This is an interesting point. Naive content-addressing does not address the issue of confidentiality. Pieces of content are not encrypted and any transporting and caching peers will be able to read content. Also for large contents the entire content is stored in an entire chunk, making transport complicated.
We have a proposal on how to do this that is optimized for smaller file-sizes and adds an verification-capability that allows caching peers to cache the entire content without being able to read the content: An Encoding for Robust Immutable Storage.
I believe that RDF is a very well suited data-model for decentralized systems (even more decentralized than what SOLID and ActivityPub currently are). I see content-addressing as the stepping stone to be able to use RDF in decentralized systems.
This lead to a discussion on the SAFE forum which is a good exploration of both his work, and a way to combine both the useful metaphors of addressing by location (folders, files etc), addressing by classification (labels which identify the creating app, data types such as photo, image etc, classifications such as personal, business, financial etc, mostly applied automatically), and where all data is also inherently content addressed (so three metaphors which all work together orthogonally). See: Concepts for apps in a decentralised web (SAFE forum)
I’m very interested to read about a fourth, using content addressing of triples @pukkamustard. RDF is a native data type for SAFE, so I’ll have a think about how this could work with capability based access control. I think it will be fine because access control is orthogonal - addressing by content is just knowing where the data is. You will still need permission in order to access and decrypt it.
So my question is more how content addressing based on triples could be used to locate the data in the backend (whether Solid, SAFE, IPFS or whatever). I’ll go read!
@pukkamustard I see your motivation is reliability in a system where trying on servers creates inaccessibility. Do you have other use cases for this?
This would not be an issue with SAFE, so I’m wondering about other uses. Intuitively I can see it would likely be useful and I’m aware that different approaches to supporting this kind of content addressing might be selected based on the use cases. Actually, having read that you have an efficient scheme for creating a canonical representation of any RDF my question is not relevant. This could definitely be implemented on SAFE, making any RDF document, including the canonical representation content addressable. I’ll pass your paper on because I think this is an important capability.
I posted on the SAFE Development forum for comment but the devs are very busy atm so I don’t expect an immediate response. See: Content addressing RDF
Any thoughts regarding IPLD, or blockchain non-fungible token contracts etc ?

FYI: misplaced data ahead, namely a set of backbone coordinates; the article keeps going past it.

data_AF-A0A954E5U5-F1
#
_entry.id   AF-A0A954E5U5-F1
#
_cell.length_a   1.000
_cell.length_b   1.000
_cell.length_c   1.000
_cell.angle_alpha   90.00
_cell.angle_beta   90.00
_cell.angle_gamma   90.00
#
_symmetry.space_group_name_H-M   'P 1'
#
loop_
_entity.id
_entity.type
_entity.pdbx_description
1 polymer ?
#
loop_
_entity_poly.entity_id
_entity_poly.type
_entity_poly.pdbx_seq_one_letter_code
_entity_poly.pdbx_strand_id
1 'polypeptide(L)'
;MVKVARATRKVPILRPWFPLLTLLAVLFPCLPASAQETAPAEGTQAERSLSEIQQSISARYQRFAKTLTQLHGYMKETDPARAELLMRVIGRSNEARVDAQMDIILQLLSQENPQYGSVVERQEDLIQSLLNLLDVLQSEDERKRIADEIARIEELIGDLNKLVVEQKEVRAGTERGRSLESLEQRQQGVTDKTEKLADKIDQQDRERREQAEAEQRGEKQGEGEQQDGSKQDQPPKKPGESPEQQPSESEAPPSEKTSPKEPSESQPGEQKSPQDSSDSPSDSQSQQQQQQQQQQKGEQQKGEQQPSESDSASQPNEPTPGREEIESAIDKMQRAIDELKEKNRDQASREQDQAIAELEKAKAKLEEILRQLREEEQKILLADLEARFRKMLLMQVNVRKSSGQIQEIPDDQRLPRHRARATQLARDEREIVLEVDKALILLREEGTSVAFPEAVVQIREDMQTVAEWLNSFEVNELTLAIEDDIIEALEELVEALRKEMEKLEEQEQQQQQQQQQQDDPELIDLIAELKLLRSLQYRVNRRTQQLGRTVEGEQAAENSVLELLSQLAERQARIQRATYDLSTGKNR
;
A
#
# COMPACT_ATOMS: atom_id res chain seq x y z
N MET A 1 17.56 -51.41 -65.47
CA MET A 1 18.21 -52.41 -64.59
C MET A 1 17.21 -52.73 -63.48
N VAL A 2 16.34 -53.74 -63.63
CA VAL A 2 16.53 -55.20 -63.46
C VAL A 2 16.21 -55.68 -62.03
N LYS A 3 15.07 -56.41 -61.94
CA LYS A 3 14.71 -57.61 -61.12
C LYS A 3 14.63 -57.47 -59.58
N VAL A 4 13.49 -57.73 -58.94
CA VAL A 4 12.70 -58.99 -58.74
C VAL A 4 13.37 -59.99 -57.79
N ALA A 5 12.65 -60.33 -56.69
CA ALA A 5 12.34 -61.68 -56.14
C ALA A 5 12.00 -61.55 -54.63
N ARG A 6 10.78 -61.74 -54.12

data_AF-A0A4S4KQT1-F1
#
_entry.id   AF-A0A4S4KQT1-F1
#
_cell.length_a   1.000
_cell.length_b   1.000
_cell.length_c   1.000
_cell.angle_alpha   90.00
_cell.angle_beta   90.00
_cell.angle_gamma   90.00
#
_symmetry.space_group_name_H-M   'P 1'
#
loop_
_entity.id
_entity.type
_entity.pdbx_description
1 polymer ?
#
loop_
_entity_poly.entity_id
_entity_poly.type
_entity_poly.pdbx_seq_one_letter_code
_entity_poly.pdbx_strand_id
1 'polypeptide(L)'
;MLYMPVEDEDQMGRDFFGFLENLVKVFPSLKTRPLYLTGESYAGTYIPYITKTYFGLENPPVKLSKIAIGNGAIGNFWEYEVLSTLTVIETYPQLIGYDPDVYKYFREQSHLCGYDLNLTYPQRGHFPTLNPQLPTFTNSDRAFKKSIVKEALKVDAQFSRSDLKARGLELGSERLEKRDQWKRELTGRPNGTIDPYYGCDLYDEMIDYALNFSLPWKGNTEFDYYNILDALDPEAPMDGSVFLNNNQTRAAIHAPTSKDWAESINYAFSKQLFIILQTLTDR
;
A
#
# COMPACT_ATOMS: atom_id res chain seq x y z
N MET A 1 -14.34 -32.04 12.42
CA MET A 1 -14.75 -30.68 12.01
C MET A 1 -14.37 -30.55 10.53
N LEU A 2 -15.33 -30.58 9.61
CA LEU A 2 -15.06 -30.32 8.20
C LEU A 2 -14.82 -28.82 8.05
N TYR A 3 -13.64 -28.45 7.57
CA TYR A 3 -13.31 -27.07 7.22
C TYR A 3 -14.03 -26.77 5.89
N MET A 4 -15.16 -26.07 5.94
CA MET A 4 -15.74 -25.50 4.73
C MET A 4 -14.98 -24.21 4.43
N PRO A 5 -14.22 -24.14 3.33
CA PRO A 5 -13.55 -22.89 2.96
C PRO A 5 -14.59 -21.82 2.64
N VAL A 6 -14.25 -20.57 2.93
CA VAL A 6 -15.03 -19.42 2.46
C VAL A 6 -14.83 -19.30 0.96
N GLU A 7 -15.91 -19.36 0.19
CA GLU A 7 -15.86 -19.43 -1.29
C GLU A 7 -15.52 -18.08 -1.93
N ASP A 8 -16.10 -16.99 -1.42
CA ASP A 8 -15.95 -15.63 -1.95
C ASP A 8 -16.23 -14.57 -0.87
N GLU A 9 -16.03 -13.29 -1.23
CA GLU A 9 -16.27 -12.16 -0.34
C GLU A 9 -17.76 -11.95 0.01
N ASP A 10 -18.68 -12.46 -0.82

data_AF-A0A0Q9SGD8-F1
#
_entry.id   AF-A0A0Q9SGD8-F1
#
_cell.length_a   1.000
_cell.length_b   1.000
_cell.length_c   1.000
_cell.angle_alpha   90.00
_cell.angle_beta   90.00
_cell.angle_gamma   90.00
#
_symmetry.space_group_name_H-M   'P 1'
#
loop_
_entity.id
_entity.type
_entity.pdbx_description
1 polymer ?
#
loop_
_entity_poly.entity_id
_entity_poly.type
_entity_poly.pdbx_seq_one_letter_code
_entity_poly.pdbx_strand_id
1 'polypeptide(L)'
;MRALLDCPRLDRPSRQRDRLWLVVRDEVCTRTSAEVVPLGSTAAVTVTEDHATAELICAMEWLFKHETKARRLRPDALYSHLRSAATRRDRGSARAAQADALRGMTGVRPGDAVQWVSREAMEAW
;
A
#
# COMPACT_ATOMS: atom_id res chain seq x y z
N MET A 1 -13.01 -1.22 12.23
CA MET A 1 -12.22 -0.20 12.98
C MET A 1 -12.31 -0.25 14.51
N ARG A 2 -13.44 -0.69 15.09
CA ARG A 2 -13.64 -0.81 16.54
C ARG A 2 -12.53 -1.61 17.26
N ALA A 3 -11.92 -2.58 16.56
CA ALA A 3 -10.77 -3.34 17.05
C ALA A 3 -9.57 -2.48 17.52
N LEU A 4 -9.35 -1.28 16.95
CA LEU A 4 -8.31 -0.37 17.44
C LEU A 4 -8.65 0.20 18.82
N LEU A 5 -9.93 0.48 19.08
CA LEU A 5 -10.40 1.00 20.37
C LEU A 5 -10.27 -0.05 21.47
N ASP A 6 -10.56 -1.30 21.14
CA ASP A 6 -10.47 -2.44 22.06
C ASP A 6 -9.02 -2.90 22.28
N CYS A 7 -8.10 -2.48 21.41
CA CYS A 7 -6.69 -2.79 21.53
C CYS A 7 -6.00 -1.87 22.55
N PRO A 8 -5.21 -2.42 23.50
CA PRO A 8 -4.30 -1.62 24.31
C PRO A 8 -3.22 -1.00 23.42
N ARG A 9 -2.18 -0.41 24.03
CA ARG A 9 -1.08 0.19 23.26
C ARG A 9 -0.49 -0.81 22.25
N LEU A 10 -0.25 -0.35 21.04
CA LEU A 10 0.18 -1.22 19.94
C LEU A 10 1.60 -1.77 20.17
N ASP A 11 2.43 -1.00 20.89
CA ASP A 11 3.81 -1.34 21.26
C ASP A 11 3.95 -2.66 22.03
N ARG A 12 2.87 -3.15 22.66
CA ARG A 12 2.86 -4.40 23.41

Do you see your approaches @pukkamustard@happybeing as being peer level competition to such, or a possible part of ecosystem including any and all those things, etc ?
This ties into my post regarding What is most minimum SOLID?, essentially, content -addressed URIs for RDF purposes breaks Linked Data, even non-http breaks it in definition, while certainly being valid RDF.
@pukkamustard I assume homomorphic encryption concept can also get interesting regarding what your exploring.
Regarding SOLID itself, ive been exploring the concept of distributed / decentralized / virtualized Linked Data Containers, as content-addressed, as the it very much seems impractical to continue thinking of a “POD” as a specific protected folder that actually exists only on one server exposed by location based address, etc …
My approach has been to provide a way for Solid apps to run on SAFE Network, and have demonstrated the essentials working by providing a Solid API on top of the SAFE API, that can be utilised with a slightly modified Solid app library (eg forks of rdflib.js and solid-auth-client both work).
How Solid and Solid on SAFE systems relate is hard to say at this stage. Ideally they can sit side by side, one able to utilise the other, and Solid could integrate SAFE as a backend to a regular Solid server, but there are compromises with any close coupling that need to be worked out because of the different protocols. Unlike dat: or ipfs: protocols, the safe: protocol is designed to avoid use of web services which even when encrypted are vulnerable to attacks, tracking, censorship and so on. To solve these problems SAFE clients should by default at least, block all non safe: traffic, and any client (or server) which allows non safe: protocols loses many of the privacy and security benefits of using SAFE in the first place. So it can be done, but whether or not and how it is done will depend on the reasons for using SAFE and http: together.
Would you consider the first class constructs / granularity / atomicity of your work here to be regarding RDF URI and triple level, or RDF graph, document, file (turtle, etc …)?
At initial skimming through, I can see where it is accounting for many levels, but regarding some of the levels in detail it appears the focus is on file / graph level, especially regarding the immutable storage and discussion around how to handle inevitability of blank nodes etc.
Does this assumption line up with your intent, or am I not interpreting it correctly?
One thing that I think makes very easy with content-addressing is offline-first and decentralized applications. Clients can create content and reference the content from other content without having to interact with a server as the identifiers are commutable completely local.
This might be just one aspect of a broader sense of “reliability”.
The Web demo actually uses js-ipfs already. Unfortunately I was not able to get IPFS from web-browser working reliably.